WASHINGTON — U.S. authorities placed an Al Jazeera journalist on a watch list of suspected terrorists, linking him to al-Qaida, a report said Friday, citing documents provided by former NSA contractor Edward Snowden. The online news site The Intercept said Al Jazeera’s Islamabad bureau chief, Ahmad Muaffaq Zaidan, was on a terror watch list, and was described in the National Security Agency documents as ��a member�� of both al-Qaida and the Muslim Brotherhood. Zaidan told The Intercept he ��absolutely�� denied being part of the organizations, while noting that he had through his work conducted interviews with senior al-Qaida leaders including Osama bin Laden. Responding to the report, the New York-based Committee to Protect Journalists said it was ��deeply troubled�� by the allegations. ��Coloring the legitimate newsgathering activities of a respected journalist as evidence of international terrorism risks chilling the vital work of the media, especially in Pakistan where journalists routinely interview Taliban and other militant groups as part of their coverage,�� said Bob Dietz, the committee’s Asia program coordinator. According to The Intercept, Zaidan was cited in the documents to highlight a program called Skynet, which analyzes location and communication data from bulk call records in order to detect suspicious patterns. Skynet seeks to identify people such as couriers for organizations such as al-Qaida based on call ��metadata�� or information about the call without looking at the contents of a conversation. In a statement to The Intercept, Zaidan said that ��for us to be able to inform the world, we have to be able to freely contact relevant figures in the public discourse, speak with people on the ground, and gather critical information.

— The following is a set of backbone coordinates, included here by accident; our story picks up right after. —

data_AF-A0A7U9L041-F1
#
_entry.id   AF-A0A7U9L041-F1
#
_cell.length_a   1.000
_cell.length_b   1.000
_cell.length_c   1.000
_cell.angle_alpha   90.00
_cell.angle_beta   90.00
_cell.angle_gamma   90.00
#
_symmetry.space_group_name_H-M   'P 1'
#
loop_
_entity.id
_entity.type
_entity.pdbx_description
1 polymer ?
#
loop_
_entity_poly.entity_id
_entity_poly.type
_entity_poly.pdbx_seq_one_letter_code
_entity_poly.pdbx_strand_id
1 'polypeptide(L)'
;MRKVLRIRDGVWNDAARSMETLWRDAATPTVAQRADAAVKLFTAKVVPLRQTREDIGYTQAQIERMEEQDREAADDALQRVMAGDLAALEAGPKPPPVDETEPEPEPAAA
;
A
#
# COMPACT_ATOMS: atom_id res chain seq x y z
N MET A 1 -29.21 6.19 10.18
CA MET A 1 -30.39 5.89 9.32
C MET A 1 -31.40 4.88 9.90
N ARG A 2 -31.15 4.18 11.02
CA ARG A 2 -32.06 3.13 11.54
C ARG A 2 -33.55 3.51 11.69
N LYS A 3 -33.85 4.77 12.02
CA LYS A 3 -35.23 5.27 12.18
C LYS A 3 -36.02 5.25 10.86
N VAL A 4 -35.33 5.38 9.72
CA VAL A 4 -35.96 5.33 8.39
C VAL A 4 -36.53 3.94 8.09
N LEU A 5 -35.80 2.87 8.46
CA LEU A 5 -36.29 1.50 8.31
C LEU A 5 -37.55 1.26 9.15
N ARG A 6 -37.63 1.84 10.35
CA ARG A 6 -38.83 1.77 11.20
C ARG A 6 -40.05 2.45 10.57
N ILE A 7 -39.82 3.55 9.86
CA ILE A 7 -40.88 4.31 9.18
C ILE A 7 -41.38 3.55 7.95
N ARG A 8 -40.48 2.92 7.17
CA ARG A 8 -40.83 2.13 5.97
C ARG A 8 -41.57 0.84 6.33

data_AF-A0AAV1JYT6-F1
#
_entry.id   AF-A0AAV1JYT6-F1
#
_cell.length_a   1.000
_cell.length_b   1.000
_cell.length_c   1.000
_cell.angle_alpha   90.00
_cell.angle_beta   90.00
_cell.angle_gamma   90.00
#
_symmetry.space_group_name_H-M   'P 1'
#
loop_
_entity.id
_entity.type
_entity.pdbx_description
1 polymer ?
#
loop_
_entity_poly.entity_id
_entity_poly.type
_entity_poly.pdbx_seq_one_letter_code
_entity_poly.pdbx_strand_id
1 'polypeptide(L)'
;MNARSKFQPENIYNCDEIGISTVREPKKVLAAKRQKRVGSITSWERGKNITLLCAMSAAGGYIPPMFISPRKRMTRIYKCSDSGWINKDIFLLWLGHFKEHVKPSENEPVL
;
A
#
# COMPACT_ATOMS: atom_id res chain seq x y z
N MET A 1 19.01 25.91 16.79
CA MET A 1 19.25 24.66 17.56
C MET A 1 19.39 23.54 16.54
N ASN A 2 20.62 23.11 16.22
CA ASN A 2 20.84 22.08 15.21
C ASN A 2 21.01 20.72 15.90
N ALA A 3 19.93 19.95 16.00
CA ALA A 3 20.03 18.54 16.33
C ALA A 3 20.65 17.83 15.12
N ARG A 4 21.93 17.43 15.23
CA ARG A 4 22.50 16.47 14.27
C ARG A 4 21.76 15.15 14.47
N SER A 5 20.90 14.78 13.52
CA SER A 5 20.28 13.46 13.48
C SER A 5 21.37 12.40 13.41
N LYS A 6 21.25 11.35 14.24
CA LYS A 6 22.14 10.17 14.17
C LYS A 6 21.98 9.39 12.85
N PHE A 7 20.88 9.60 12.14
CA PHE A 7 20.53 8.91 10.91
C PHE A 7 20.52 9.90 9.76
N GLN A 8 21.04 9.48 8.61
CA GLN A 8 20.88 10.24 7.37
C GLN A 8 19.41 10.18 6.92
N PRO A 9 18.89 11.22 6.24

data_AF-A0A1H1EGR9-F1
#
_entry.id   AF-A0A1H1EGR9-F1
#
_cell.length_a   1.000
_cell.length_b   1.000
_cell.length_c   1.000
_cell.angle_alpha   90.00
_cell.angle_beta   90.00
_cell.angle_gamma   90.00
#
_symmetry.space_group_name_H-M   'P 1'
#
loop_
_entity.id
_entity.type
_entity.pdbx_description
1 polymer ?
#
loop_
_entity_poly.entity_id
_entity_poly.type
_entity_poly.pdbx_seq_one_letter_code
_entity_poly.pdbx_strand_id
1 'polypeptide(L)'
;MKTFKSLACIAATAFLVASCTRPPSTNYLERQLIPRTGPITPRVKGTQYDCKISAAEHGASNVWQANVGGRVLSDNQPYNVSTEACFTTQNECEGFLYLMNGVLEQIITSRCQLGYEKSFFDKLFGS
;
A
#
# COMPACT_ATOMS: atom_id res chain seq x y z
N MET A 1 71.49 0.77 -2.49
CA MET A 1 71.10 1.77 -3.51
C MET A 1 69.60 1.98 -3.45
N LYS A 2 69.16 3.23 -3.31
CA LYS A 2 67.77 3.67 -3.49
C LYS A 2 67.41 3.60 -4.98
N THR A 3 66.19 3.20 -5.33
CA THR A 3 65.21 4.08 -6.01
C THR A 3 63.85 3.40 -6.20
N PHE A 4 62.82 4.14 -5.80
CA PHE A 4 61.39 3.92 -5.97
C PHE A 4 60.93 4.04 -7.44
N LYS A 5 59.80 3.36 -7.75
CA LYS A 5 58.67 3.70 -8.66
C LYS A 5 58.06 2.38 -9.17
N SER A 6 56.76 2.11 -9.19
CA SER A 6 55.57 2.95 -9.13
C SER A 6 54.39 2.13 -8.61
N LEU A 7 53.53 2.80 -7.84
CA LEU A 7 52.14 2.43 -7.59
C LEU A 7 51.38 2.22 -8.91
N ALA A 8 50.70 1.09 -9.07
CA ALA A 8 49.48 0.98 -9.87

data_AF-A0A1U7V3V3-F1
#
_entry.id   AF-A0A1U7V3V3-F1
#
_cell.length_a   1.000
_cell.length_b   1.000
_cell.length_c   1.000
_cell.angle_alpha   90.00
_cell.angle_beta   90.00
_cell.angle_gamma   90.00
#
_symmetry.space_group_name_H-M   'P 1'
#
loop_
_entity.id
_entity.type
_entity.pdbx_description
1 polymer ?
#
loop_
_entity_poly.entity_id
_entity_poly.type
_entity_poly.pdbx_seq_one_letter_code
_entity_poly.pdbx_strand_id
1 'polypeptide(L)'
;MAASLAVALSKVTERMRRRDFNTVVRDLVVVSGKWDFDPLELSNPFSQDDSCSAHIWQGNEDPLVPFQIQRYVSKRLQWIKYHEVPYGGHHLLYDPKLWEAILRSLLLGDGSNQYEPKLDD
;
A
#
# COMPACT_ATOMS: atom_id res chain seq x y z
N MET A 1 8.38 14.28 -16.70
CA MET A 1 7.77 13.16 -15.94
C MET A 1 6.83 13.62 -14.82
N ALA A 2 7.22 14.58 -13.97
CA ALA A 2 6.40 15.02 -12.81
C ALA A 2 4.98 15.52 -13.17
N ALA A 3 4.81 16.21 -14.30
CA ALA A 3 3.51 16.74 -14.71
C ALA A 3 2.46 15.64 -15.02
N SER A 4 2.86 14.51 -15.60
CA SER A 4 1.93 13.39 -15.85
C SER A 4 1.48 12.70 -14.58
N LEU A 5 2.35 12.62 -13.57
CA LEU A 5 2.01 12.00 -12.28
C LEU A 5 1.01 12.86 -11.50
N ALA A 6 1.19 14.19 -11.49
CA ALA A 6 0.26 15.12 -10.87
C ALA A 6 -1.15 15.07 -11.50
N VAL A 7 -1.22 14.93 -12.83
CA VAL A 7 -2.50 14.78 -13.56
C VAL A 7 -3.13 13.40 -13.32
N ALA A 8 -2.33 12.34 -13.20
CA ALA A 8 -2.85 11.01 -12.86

��Any hint of government surveillance that hinders this process is a violation of press freedom and harms the public’s right to know.��